It doesn’t appear anyone is going to run away and hide — or completely fall out of contention — in the National League East. The division has been hit hard with injuries, which has contributed to a high level of mediocrity (a good thing for the Marlins, not as good for the defending champion Nationals).
As a result, the top two spots in the division and the playoff berths that come with them are up for grabs, which makes every NL East game doubly important. That applies to Sunday night’s matchup between the Phillies and Braves in Atlanta (ESPN, 7 p.m. ET).
We asked national baseball writers David Schoenfield and Jesse Rogers a few questions about the teams in advance of the game.
Will the Braves’ lack of starting pitching keep them from reaching the NLCS (or beyond)?
David Schoenfield: It’s certainly a huge problem, but it’s also possible they can just slug their way to the NLCS or beyond. Really, outside of the Dodgers, is there any team in the National League that looks super tough right now? The Cubs are off to a good start — even though Javier Baez isn’t hitting, Kris Bryant isn’t hitting, Nico Hoerner isn’t hitting and Anthony Rizzo isn’t driving in many runs (in part because nobody around him is hitting). At the same time, as good as Atlanta’s offense is — assuming Ronald Acuna Jr. and Ozzie Albies come back healthy from their wrist issues — I wouldn’t want to run into, say, the Reds with Trevor Bauer, Sonny Gray and Luis Castillo in that first-round best-of-three. But if Cole Hamels ever makes it back and they add another starter, they have the lineup and bullpen to finally end that playoff drought (nine straight playoff series defeats).
Jesse Rogers: The short answer is yes. There has been so much to like about the Braves over the past couple of seasons that one might assume they could overcome one deficiency. But when it’s the most important part of a baseball team, it’s not so easy. Overcoming the loss of Josh Donaldson is doable but not so much when it’s Mike Soroka and the old version of Mike Foltynewicz. There’s just not enough depth there. The trade deadline could change that, of course, but as is, the Braves won’t make it far.
Do you expect to see the Phillies playing in October for the first time since 2011?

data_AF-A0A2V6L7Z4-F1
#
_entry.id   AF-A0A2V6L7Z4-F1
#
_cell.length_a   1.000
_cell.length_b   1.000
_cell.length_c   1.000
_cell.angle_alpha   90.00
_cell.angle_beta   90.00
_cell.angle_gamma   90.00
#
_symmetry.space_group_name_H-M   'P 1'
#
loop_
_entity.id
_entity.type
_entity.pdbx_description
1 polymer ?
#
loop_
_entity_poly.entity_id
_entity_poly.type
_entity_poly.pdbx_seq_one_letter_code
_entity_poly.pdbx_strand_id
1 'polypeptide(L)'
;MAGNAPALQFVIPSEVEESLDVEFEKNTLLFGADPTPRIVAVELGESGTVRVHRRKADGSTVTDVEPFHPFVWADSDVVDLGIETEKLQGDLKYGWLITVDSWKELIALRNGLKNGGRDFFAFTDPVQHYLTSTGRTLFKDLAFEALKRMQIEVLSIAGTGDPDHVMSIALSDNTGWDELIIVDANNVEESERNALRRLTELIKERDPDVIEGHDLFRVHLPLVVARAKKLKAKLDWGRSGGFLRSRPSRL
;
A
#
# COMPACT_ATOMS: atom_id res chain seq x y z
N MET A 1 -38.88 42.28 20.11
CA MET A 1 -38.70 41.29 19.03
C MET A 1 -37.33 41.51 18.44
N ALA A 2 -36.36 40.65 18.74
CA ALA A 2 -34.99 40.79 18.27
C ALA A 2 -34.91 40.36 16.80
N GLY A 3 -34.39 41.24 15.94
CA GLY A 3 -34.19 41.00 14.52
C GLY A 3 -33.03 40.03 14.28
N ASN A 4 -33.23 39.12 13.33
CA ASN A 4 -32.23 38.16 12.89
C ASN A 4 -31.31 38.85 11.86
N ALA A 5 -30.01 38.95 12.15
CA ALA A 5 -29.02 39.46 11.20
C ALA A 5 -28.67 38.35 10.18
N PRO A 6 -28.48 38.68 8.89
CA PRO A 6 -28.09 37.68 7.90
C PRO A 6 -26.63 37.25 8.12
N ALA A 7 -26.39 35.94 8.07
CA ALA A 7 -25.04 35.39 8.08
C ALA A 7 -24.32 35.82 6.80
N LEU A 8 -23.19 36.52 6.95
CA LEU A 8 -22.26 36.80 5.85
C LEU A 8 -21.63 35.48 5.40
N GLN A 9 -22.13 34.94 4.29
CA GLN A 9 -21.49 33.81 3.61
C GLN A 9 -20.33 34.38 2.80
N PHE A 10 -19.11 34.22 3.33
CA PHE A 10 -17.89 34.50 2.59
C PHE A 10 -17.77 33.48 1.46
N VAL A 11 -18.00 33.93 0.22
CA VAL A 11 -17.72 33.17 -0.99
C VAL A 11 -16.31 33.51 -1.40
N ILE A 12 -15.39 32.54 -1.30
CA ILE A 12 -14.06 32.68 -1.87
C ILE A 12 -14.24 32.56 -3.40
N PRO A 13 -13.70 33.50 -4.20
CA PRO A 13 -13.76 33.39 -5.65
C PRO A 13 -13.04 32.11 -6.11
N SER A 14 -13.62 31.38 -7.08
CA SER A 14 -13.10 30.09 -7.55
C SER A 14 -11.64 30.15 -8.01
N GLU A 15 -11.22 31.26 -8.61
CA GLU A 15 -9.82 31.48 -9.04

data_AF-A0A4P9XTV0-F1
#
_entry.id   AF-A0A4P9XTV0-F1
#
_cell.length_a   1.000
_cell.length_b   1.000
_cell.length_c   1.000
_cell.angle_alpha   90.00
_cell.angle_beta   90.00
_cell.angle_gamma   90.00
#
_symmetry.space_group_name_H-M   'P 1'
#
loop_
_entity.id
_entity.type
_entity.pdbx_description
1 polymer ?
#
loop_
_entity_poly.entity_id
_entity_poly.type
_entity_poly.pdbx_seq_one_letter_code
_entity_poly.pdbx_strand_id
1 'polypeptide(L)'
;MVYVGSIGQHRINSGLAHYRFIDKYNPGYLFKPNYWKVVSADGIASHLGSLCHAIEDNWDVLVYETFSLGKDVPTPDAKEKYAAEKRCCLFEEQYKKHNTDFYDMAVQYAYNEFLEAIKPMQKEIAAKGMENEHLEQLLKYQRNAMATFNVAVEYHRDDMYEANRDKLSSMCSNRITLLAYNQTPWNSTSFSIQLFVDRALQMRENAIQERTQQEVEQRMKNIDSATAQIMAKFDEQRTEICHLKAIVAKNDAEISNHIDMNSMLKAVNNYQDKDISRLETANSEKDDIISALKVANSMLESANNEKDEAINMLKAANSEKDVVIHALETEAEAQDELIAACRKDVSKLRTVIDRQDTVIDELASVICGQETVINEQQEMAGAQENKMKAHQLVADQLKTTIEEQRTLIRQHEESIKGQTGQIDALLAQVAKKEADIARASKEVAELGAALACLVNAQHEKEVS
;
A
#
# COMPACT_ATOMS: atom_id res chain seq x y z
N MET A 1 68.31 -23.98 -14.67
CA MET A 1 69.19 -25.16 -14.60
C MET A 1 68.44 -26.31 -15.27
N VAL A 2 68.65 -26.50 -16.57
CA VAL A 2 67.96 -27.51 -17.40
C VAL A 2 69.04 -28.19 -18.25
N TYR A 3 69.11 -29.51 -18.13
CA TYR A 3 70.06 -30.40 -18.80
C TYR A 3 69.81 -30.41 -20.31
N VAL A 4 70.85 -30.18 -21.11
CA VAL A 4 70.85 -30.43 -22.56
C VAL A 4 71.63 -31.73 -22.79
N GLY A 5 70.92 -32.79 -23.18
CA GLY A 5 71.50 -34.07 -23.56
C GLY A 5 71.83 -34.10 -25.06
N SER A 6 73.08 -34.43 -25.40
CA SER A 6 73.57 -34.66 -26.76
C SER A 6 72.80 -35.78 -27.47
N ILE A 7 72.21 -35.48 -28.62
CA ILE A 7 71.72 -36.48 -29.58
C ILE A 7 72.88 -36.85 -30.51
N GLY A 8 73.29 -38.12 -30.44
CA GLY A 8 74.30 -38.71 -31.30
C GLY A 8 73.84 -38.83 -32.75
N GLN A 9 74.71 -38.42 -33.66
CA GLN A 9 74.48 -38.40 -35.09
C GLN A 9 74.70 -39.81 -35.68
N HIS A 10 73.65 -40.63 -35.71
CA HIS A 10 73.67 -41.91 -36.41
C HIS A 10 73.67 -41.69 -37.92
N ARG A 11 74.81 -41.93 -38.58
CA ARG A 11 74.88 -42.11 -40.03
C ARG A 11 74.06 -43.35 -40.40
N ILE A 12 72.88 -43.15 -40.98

Schoenfield: In their favor: The NL East is pretty mediocre. Not in their favor: The Phillies aren’t very good. One thing working for them is that they may be catching the Braves and Nationals at the right time. After this series, they get the Nationals, then the Braves again and then the Nationals again. The Braves’ rotation is a mess, and the Nationals have lost Stephen Strasburg for the season. With Bryce Harper and J.T. Realmuto leading the way, the offense has actually been OK, even though a couple of regulars are off to slow start. It all comes down to the bullpen — which can’t be this bad all season, right? After trading for Brandon Workman and Heath Hembree — although Workman blew his first save chance — and combined with Stephen Strasburg’s season-ending injury, maybe the Phillies sneak in as the eighth seed. After all, two teams from the NL East have to make the postseason
Rogers: My gut says no, but my head says yes. There are just too many teams that make the playoffs this season, so it’s hard to imagine the Phillies aren’t one of the eight best teams in the NL. But this is a team that should have gotten off to a better start. A new, respected, experienced manager like Joe Girardi should have the attention of his players. Of course, that may not matter when your bullpen ERA is hovering around 8.00, despite trading for some help. They’ll need to recover from that blown lead against the Toronto Blue Jays on Thursday. Can Girardi right the ship without much help from the outside? I think they get in, but it won’t be easy sledding.
You’re assembling a team from scratch. Setting contracts aside, which pair of teammates would you rather have — Atlanta’s Ronald Acuna Jr. and Freddie Freeman or Philadelphia’s Bryce Harper and J.T. Realmuto?
Schoenfield: Right now, the answer may look like Harper and Realmuto, given their hot starts and Acuna’s IL stint. In 2019, Acuna and Freeman combined for 9.7 WAR, versus 8.8 for Harper-Realmuto. Acuna is the youngest of the group, but Realmuto plays catcher, a hard position to fill. I think I still give the edge to the Braves’ duo, primarily because Acuna is clearly the best bet among the four players to remain a superstar for the next five seasons.
Rogers: Because of his age alone, Acuna wins the debate for that duo. Realmuto will be 30 next season, and if we can say Harper and Freeman cancel each other out, then I’ll take the 22-year-old Acuna, who is only getting better with experience. His current injury has no bearing on the question: If I’m starting from scratch, he’s one of the guys I’d consider taking to start a team. And you could make a case that Freeman will be more consistent than Harper as both players age. Freeman has averaged a 5.15 WAR over the past four full seasons, while Harper’s average is just 3.03. He’s been less consistent, which isn’t really a good thing as a player approaches his 30s.
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